* Another possible problem if you were in Turbo mode, and you are watching a movie streaming to your player, then a write kicks in to the server and starts spinning up ALL of the drives, causing that well-known pause and stuttering in your movie.  Who wants to deal with the whining that starts then?

 

Currently, you only have the option to use the old method or the new (currently the Auto option means the old method).  But the plan is to add the true Auto option that will use the old method by default, *unless* all of the drives are currently spinning.  If the drives are all spinning, then it slips into Turbo.  This should be enough for many users.  It would normally use the old method, but if you planned a large transfer or a bunch of writes, then you would spin up all of the drives - and enjoy faster writing.

 

Tom talked about that Auto mode quite awhile ago, but I'm rather sure he backed off at that time, once he faced the problems of knowing when a drive is spinning, and being able to detect it without noticeably affecting write performance, ruining the very benefits we were trying to achieve.  If on every write you have to query each drive for its status, then you will noticeably impact I/O performance.  So to maintain good performance, you need another function working in the background keeping near-instantaneous track of spin status, and providing a single flag for the writer to check, whether they are all spun up or not, to know which method to use.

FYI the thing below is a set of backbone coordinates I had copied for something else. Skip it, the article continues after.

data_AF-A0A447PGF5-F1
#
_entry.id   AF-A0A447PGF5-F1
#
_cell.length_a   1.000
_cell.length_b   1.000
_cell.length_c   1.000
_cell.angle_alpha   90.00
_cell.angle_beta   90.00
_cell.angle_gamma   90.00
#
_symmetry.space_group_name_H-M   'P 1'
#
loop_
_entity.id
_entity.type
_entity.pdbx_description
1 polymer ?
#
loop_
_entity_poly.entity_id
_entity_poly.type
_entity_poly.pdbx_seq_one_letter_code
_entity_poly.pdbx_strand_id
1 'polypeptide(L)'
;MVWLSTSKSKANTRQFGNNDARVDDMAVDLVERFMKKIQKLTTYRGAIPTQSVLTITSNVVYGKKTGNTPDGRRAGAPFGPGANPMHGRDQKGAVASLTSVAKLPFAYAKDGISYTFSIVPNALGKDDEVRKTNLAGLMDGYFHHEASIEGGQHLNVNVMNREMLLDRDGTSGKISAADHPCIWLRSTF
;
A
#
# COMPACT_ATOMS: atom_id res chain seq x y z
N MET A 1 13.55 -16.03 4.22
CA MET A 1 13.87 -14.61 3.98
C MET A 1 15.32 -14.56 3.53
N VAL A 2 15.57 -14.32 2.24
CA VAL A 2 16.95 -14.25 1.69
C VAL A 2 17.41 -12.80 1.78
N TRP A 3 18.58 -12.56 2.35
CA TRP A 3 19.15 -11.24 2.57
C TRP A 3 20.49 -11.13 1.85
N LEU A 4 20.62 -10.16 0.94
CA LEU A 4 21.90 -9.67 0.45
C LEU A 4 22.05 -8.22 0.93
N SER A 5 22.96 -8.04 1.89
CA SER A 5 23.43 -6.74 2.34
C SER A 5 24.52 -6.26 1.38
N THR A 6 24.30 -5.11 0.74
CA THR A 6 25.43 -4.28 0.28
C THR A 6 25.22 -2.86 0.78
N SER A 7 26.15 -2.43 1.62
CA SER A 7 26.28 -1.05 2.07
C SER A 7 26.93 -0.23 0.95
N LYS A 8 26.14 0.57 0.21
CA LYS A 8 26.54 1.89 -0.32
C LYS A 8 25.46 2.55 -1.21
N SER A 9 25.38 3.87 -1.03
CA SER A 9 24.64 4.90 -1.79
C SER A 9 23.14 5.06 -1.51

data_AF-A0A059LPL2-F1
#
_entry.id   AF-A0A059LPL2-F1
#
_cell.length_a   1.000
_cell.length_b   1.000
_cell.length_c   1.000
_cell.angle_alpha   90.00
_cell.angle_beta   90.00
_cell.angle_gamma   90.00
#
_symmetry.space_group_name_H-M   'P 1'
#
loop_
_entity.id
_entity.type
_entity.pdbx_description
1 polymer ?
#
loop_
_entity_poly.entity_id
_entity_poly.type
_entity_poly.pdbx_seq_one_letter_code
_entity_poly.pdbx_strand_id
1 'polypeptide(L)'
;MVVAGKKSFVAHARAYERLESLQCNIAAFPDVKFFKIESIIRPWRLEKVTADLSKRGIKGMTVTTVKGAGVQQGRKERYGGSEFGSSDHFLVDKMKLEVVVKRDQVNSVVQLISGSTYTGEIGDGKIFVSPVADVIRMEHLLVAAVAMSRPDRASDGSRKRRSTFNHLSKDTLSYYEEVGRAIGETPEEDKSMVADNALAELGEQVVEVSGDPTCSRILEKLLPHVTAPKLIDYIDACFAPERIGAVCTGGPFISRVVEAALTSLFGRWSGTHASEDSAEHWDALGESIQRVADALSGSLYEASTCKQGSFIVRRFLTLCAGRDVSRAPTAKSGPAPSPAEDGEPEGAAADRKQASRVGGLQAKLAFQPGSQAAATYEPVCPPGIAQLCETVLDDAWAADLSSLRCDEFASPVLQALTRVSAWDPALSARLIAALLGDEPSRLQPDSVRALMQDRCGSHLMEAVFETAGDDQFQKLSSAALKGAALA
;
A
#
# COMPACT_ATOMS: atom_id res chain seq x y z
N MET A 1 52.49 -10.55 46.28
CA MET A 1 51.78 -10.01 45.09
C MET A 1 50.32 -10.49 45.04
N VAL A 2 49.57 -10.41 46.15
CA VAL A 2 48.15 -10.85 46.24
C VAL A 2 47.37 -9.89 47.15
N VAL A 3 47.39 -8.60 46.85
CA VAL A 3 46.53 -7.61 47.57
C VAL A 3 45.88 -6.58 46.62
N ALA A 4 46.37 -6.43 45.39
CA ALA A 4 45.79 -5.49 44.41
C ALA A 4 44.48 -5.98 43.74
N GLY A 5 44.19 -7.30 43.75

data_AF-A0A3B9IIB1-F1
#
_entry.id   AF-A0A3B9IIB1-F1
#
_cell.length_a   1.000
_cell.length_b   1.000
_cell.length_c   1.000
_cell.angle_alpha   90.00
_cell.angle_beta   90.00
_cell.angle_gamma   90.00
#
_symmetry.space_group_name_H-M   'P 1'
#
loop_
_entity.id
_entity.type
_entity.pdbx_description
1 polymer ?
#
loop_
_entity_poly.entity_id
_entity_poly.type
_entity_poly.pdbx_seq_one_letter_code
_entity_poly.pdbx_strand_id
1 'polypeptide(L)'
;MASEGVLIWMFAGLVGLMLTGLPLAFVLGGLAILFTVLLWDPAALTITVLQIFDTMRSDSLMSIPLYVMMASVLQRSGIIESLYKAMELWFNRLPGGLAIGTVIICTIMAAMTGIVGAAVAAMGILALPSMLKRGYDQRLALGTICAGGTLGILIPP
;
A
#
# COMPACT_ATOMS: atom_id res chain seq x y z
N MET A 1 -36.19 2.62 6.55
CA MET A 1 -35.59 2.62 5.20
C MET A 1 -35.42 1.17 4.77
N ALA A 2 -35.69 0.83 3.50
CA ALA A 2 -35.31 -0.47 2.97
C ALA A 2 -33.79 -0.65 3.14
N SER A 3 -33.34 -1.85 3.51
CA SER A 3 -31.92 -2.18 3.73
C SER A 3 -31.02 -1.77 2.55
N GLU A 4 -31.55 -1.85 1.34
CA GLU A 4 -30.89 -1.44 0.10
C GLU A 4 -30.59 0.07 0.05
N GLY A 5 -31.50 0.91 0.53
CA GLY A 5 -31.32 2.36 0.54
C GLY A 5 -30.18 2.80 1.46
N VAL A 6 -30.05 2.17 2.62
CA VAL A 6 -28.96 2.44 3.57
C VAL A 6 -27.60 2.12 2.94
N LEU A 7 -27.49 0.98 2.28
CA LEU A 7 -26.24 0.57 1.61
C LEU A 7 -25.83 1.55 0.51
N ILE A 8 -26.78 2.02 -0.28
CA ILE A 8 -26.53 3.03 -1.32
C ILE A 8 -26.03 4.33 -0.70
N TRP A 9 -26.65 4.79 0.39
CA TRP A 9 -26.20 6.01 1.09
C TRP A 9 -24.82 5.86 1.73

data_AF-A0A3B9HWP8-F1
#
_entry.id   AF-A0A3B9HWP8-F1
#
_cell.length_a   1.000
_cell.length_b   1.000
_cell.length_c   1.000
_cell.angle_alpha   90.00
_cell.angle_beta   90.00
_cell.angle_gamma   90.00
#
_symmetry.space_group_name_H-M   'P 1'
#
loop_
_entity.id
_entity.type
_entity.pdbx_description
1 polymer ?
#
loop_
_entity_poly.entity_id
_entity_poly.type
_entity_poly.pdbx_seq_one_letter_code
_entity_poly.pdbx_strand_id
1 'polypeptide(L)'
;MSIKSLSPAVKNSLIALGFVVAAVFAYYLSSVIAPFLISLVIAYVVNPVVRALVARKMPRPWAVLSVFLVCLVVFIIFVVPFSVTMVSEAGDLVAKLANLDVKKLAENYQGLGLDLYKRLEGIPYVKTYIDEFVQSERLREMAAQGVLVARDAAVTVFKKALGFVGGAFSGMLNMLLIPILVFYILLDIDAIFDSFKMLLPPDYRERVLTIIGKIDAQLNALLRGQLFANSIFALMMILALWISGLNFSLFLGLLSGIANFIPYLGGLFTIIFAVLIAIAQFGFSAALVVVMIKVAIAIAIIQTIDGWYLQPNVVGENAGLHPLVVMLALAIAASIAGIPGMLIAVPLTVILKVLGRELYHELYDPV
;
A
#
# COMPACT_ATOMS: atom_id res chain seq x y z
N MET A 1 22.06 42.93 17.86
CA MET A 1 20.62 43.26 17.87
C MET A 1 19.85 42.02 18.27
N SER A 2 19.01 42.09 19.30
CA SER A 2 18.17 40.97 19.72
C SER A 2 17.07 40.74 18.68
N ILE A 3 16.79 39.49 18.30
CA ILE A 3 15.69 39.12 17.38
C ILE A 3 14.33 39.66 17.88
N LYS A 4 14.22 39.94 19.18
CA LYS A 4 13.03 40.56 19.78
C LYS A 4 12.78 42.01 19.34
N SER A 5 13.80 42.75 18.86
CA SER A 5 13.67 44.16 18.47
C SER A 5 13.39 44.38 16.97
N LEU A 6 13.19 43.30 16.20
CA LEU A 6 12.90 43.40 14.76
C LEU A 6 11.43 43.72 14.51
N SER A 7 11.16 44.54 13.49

So that provides 3 options, but many of us are going to want tighter and smarter control of when it is in either mode.  Quite awhile ago, WeeboTech developed his own scheme of scheduling.  If I remember right (and I could have it backwards), he was going to use cron to toggle it twice a day, so that it used one method during the day, and the other method at night.  I think many users may find that scheduling it may satisfy their needs, Turbo when there's lots of writing, old style over night and when they are streaming movies.

 

For awhile, I did think that other users, including myself, would be happiest with a Turbo button on the Main screen (and Dashboard).  Then I realized that that's exactly what our Spin up button would be, if we used the new Auto mode.  The server would normally be in the old mode (except for times when all drives were spinning).  If we had a big update session, backing up or or downloading lots of stuff, we would click the Turbo / Spin up button and would have Turbo write, which would then automatically timeout when the drives started spinning down, after the backup session or transfers are complete.

 

Edit: added what the setting is and where it's located (completely forgot this!)